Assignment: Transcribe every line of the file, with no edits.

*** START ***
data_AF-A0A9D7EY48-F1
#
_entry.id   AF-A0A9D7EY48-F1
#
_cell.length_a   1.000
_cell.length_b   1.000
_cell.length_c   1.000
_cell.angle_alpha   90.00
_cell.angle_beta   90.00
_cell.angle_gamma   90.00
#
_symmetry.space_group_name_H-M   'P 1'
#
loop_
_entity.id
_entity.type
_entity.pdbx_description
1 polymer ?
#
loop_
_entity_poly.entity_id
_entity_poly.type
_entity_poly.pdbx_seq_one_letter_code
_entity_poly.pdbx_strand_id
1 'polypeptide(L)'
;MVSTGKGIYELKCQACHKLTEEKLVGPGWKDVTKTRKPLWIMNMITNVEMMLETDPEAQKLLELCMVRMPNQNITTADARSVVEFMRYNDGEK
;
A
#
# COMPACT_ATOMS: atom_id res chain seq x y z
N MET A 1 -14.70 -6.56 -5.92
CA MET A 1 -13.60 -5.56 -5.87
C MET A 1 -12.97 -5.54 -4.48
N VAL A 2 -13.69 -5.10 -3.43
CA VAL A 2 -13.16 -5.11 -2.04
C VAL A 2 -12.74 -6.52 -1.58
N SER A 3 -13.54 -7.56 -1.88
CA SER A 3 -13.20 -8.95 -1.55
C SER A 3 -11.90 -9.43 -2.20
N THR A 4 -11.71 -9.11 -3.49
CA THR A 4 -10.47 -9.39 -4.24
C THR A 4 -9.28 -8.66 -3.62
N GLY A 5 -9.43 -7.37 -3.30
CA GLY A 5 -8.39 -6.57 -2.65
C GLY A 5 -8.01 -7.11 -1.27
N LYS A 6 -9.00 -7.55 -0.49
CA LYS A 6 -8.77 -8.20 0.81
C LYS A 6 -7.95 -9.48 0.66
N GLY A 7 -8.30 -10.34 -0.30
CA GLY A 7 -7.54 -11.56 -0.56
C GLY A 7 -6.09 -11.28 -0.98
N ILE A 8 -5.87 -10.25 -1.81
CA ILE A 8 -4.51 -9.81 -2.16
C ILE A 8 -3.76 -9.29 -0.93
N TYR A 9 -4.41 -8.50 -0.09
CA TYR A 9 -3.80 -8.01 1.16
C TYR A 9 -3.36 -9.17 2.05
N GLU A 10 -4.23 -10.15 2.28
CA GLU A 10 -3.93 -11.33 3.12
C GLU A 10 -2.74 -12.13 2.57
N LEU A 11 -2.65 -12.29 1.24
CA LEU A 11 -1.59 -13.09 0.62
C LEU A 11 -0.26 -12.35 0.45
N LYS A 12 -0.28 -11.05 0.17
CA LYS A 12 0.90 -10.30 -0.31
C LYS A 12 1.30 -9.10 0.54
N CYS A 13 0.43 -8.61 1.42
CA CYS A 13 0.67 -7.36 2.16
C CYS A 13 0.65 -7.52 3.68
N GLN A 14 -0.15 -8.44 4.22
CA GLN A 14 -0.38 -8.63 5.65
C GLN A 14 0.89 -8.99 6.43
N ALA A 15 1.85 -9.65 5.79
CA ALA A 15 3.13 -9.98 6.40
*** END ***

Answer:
data_AF-A0A9D7EY48-F1
#
_entry.id   AF-A0A9D7EY48-F1
#
_cell.length_a   1.000
_cell.length_b   1.000
_cell.length_c   1.000
_cell.angle_alpha   90.00
_cell.angle_beta   90.00
_cell.angle_gamma   90.00
#
_symmetry.space_group_name_H-M   'P 1'
#
loop_
_entity.id
_entity.type
_entity.pdbx_description
1 polymer ?
#
loop_
_entity_poly.entity_id
_entity_poly.type
_entity_poly.pdbx_seq_one_letter_code
_entity_poly.pdbx_strand_id
1 'polypeptide(L)'
;MVSTGKGIYELKCQACHKLTEEKLVGPGWKDVTKTRKPLWIMNMITNVEMMLETDPEAQKLLELCMVRMPNQNITTADARSVVEFMRYNDGEK
;
A
#
# COMPACT_ATOMS: atom_id res chain seq x y z
N MET A 1 -14.70 -6.56 -5.92
CA MET A 1 -13.60 -5.56 -5.87
C MET A 1 -12.97 -5.54 -4.48
N VAL A 2 -13.69 -5.10 -3.43
CA VAL A 2 -13.16 -5.11 -2.04
C VAL A 2 -12.74 -6.52 -1.58
N SER A 3 -13.54 -7.56 -1.88
CA SER A 3 -13.20 -8.95 -1.55
C SER A 3 -11.90 -9.43 -2.20
N THR A 4 -11.71 -9.11 -3.49
CA THR A 4 -10.47 -9.39 -4.24
C THR A 4 -9.28 -8.66 -3.62
N GLY A 5 -9.43 -7.37 -3.30
CA GLY A 5 -8.39 -6.57 -2.65
C GLY A 5 -8.01 -7.11 -1.27
N LYS A 6 -9.00 -7.55 -0.49
CA LYS A 6 -8.77 -8.20 0.81
C LYS A 6 -7.95 -9.48 0.66
N GLY A 7 -8.30 -10.34 -0.30
CA GLY A 7 -7.54 -11.56 -0.56
C GLY A 7 -6.09 -11.28 -0.98
N ILE A 8 -5.87 -10.25 -1.81
CA ILE A 8 -4.51 -9.81 -2.16
C ILE A 8 -3.76 -9.29 -0.93
N TYR A 9 -4.41 -8.50 -0.09
CA TYR A 9 -3.80 -8.01 1.16
C TYR A 9 -3.36 -9.17 2.05
N GLU A 10 -4.23 -10.15 2.28
CA GLU A 10 -3.93 -11.33 3.12
C GLU A 10 -2.74 -12.13 2.57
N LEU A 11 -2.65 -12.29 1.24
CA LEU A 11 -1.59 -13.09 0.62
C LEU A 11 -0.26 -12.35 0.45
N LYS A 12 -0.28 -11.05 0.17
CA LYS A 12 0.90 -10.30 -0.31
C LYS A 12 1.30 -9.10 0.54
N CYS A 13 0.43 -8.61 1.42
CA CYS A 13 0.67 -7.36 2.16
C CYS A 13 0.65 -7.52 3.68
N GLN A 14 -0.15 -8.44 4.22
CA GLN A 14 -0.38 -8.63 5.65
C GLN A 14 0.89 -8.99 6.43
N ALA A 15 1.85 -9.65 5.79
CA ALA A 15 3.13 -9.98 6.40